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BAXTER SP- Moose Tour, Maine

Baxter State Park Photography Hot Spot at New England Outdoor Center.

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Baxter State Park is a large wilderness area permanently preserved as a state park, located in Piscataquis County in north-central Maine. It is in the North Maine Woods region.

The park was established by 28 donations of land, in trust, from Park donor Percival P. Baxter between the years of 1931 and 1962, eventually creating a park of over 200,000 acres in size. Baxter Park is not part of the Maine State Park system. Sole governance is provided by the Baxter State Park Authority, consisting of the Maine Attorney General, the Maine Commissioner of Inland Fisheries and Wildlife and the Director of the Maine Forest Service. The park is independently funded through a combination of revenues from trusts, user fees, and the sale of forest products from the park’s Scientific Forest Management Area. The park is home to the state’s highest peak, Mount Katahdin. The number of visitors to the park declined from 75,000 in 2000 to 55,000 in 2005, but since 2005 visitor use has been slowly increasing.

New England Outdoor Center

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Baxter S.P.cabin-0405

A moose tour at New England Outdoor Center is an absolute must! The cabins are incredible and the tour starts just a short walk from your cabin!!

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Photography Information

Lens: This area is definitely a wide angle and zoom lens location.

Gear:  Make sure you bring your tripod and your circular polarizing filters. The CPL will make your white puffy clouds burst and deepen the blue sky color around them.  It will also take the glare off the water and replace it with the reflection. Bring your tripod too. It is also a dark sky milkyway photography hot spot location so bring your tripod! Don’t for get your ND filter in case of you want to shoot moving waters.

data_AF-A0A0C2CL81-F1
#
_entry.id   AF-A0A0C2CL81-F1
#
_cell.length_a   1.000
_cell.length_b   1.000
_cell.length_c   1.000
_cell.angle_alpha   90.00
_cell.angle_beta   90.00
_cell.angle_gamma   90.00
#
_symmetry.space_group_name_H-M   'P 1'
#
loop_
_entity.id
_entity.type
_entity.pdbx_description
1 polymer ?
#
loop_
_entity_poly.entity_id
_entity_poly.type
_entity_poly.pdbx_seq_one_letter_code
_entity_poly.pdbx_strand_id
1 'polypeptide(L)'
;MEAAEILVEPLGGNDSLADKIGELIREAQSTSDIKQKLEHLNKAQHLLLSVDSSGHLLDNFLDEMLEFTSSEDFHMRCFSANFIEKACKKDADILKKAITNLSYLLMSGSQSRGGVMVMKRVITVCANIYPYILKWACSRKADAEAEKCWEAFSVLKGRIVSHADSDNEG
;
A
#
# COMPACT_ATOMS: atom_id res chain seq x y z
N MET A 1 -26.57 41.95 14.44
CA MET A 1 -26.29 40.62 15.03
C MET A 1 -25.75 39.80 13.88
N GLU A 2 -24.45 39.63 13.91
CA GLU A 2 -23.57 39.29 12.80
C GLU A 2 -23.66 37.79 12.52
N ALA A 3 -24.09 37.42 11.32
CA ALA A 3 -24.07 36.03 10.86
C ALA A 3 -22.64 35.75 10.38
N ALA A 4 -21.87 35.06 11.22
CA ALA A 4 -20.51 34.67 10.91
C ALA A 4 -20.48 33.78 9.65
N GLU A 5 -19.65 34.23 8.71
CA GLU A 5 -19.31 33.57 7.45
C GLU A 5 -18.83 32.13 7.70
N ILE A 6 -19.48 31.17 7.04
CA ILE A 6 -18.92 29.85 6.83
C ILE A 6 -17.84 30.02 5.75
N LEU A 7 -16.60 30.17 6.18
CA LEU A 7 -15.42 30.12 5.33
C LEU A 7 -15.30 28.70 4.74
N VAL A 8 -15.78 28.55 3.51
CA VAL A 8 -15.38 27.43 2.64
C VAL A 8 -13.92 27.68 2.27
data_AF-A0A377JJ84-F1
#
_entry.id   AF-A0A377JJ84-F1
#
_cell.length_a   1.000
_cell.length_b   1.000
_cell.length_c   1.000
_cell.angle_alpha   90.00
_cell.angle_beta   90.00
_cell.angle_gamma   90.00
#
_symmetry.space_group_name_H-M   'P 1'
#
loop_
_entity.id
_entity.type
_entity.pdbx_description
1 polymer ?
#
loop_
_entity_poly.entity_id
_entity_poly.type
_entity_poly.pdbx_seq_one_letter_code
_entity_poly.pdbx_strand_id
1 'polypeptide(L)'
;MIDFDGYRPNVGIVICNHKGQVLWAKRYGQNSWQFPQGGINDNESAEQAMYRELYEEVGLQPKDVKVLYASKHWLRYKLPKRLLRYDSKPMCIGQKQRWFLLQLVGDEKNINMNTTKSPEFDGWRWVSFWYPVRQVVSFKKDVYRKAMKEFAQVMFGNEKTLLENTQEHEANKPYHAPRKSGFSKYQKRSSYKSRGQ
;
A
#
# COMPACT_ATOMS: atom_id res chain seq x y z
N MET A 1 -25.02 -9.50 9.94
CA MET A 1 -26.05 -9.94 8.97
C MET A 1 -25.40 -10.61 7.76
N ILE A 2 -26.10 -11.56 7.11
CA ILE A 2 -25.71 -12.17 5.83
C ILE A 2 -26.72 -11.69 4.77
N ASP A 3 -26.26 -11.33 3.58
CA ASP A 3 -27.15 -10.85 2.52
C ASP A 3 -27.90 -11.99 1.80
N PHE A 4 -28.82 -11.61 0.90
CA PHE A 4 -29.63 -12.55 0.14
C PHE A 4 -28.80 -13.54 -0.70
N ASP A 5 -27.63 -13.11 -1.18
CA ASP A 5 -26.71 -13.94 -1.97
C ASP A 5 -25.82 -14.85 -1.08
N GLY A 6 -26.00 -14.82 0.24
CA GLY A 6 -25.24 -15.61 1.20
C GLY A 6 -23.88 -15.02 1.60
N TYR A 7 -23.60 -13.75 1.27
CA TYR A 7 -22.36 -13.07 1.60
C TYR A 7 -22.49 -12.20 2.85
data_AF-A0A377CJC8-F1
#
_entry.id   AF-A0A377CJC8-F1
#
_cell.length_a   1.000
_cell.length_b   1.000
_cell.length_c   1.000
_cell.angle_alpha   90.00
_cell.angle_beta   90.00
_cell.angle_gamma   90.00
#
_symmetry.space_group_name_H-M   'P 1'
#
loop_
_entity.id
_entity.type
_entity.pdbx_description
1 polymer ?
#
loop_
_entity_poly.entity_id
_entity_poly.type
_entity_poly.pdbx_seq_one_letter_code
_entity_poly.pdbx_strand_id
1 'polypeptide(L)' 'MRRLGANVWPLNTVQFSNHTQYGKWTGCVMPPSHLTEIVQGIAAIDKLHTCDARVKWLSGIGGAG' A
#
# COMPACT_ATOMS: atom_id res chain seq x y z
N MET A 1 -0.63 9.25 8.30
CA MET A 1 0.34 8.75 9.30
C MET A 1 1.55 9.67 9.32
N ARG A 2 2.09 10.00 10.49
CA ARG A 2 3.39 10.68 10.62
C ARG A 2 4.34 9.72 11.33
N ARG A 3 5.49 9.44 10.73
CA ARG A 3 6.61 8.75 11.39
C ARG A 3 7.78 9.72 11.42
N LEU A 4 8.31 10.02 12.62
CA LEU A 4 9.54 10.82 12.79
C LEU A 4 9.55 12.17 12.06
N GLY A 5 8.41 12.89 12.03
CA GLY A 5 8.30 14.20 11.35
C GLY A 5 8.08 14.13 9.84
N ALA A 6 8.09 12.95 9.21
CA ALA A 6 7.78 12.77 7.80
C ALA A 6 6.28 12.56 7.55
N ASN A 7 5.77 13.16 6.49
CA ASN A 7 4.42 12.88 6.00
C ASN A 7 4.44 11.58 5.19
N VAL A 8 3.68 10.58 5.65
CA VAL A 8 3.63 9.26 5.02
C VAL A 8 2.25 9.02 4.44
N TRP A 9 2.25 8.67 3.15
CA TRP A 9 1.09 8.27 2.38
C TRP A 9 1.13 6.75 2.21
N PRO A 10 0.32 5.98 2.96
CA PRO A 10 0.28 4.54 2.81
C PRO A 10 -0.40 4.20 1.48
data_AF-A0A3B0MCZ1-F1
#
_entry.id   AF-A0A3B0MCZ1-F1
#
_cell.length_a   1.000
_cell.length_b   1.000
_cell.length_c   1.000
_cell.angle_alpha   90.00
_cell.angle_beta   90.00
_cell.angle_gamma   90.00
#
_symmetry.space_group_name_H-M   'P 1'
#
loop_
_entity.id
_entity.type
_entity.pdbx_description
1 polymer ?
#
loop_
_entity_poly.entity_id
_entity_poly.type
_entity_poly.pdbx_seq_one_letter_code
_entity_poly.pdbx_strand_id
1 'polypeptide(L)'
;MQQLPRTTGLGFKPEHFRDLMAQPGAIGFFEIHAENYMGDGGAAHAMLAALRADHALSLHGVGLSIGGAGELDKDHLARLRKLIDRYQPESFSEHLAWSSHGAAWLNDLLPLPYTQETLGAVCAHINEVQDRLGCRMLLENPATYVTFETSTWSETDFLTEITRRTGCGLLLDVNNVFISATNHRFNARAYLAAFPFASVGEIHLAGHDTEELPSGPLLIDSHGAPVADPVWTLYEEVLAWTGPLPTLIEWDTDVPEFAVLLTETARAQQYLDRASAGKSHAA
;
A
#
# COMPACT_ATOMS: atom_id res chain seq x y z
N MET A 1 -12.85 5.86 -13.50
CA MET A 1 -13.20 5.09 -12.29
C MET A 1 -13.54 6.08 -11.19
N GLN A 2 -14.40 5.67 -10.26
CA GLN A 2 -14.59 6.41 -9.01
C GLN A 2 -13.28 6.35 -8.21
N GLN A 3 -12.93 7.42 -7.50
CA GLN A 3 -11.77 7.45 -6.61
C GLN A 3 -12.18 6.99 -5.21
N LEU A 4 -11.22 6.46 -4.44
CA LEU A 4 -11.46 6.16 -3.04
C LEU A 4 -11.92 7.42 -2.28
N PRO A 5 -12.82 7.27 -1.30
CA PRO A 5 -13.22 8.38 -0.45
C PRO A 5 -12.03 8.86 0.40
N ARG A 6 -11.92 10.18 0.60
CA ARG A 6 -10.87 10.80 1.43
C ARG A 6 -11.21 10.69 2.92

Gear List at a Glance: Circular polarizing filter, neutral density filter, tripod, shutter release, wide angle and zoom lens.

When to Go: Late June to early July supplies prime moose photography opportunities.  Milky way photography follows the basics. The week before the new moon in Spring to fall is the best time to go. Be sure to see our milky way photography pages here.

Camera Settings

Aperture Priority – It is used to get your depth of field (control how much is in focus from your subject back). If your shutter speed drops to 1/30th of a second, it is because you lack light and you will need to put your camera on a tripod to avoid blurry pictures. Anything handheld below 1/30th of a second will be blurry. The higher the “f” in number, the less light that will into the camera and your shutter speed will drop to let more light in. When your “f” number goes up, your aperture closes. At f-22 you are barely letting any light in.  Always watch your shutter speed.  When taking your shot look at the bottom of the screen through the viewfinder and check your shutter speed. Do not to let your shutter speed go too low when hand holding.  Sometimes you cannot get a super high f stop because you do not have enough light. This will happen quite often at times such as sunset. Again, put your camera on a tripod and now your photos will not blur except for any subject that is moving in the image.